Fine or impt.

1 to 8 weeks..

The higher pe-
nalty affixed

to the offence
or crime.
Fine or impt.
1 to 12 weeks.

Fine or impt.
1 to 12 weeks.

Fine or impt,

4. to 24 weeks,

Fine or impt. 1 to 12 weeks, Fine or impt, 12 to 24weeks, and deprivation, of office.

Fine, 4 to 12 weeks, and deprivation of office.

FIRST COLUMN.

detaining a convict beyond the term of his imprisonment, or acting oppressively and contrary to the regulations of the prison, to a prisoner.

329. Gaolers or others having a prisoner in charge and custody, and allowing him to escape. 330. -Owing to negligence.

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331.

-Owing to connivance. 332. -Owing to connivance, and having received a reward or promise of reward for such connivance.

recovered.

Impt. 4 to 12 weeks, or until the prisoner be Impt. 12 to 24 weeks, and deprivation of office. The penalty to which the prisoner, if convicted, was sentenced; if not yet sentenced, the penalty to which the prisoner would probably have been condemned.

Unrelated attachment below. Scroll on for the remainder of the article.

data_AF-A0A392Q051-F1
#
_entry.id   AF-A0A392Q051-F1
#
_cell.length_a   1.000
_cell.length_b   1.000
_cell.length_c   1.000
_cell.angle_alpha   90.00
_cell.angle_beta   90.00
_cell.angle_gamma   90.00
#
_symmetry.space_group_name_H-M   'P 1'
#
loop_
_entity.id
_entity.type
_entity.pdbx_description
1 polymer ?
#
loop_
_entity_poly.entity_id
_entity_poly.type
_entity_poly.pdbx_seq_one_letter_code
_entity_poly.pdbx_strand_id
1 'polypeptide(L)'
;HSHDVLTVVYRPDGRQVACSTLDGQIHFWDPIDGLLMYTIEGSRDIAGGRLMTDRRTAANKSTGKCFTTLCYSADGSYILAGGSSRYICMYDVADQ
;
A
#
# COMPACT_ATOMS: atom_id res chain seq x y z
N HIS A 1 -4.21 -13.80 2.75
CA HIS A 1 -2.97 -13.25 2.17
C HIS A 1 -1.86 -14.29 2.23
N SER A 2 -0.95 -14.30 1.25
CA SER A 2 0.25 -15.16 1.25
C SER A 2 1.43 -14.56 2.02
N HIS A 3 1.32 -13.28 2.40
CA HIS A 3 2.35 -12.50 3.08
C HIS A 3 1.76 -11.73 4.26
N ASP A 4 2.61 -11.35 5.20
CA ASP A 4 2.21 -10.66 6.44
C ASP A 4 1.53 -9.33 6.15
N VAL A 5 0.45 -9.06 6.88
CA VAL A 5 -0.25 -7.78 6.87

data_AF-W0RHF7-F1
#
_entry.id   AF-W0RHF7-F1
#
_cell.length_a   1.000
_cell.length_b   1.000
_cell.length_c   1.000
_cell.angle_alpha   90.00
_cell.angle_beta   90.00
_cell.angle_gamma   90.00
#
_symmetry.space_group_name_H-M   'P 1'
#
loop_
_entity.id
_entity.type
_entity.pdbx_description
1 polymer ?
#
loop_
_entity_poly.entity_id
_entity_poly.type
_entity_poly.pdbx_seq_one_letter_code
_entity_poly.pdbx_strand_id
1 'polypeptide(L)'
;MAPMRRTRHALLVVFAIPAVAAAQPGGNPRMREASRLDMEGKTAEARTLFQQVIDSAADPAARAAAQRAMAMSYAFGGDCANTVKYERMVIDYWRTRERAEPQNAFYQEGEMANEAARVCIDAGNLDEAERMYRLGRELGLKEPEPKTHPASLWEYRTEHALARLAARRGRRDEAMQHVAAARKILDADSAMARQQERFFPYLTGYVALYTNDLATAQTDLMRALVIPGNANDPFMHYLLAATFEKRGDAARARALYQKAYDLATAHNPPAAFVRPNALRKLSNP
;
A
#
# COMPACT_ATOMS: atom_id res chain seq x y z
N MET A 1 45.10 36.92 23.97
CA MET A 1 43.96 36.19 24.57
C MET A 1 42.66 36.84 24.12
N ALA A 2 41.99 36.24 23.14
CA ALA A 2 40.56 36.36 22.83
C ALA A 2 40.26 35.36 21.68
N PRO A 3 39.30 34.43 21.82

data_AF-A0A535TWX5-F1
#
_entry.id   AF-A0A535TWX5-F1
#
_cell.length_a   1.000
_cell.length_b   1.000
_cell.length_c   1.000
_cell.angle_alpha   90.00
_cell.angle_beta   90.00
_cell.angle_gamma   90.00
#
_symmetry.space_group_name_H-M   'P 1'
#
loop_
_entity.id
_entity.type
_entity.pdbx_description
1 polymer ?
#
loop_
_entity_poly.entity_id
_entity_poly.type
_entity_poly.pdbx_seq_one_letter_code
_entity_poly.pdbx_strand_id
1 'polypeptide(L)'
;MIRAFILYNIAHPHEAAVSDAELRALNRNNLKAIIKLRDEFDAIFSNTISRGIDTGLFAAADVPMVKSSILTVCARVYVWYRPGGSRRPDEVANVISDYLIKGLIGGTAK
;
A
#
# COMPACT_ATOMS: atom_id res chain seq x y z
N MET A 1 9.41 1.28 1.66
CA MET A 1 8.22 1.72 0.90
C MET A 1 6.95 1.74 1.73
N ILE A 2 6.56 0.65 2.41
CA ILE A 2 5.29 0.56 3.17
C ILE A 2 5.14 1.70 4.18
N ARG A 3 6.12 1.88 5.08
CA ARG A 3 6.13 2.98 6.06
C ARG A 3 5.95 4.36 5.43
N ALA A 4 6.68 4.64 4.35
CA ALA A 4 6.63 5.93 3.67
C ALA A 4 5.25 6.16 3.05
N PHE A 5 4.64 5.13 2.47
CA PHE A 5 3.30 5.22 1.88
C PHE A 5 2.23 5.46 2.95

1 to 12 weeks.

333. A Constable, or inferior officer of Justice, not using Fine or impt., due diligence in bringing a person in custody to a hearing before a magistrate, or maltreating any person taken into custody.

334. ACCOMPLICES, ACCESSARIES, RECEIVERS.-An accomplice is a person present, aiding and abetting a criminal in his acts-as by enticing a sufferer into the criminal's power, keeping watch, defending or offering the show of defence of the criminal, carrying away what the other steals, and other acts of active and present co-operation in a criminal design.

SECOND COL.

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335. An accessary is one who is not present at the commission of a crime, but who counsels, hires, commands, aids, harbours, or conceals an acting criminal.

336. An accessary before the fact, is one who being absent at the commission of the crime, hath yet counselled, procured, commanded, aided, or abetted another to commit the crime, although such other may commit the crime under some difference of time, place, and manner, to what was originally intended by the accessary.

337. An accessary after the fact, is one who having knowledge of a crime committed, harbours or conceals the criminal, or assists him to escape justice, as,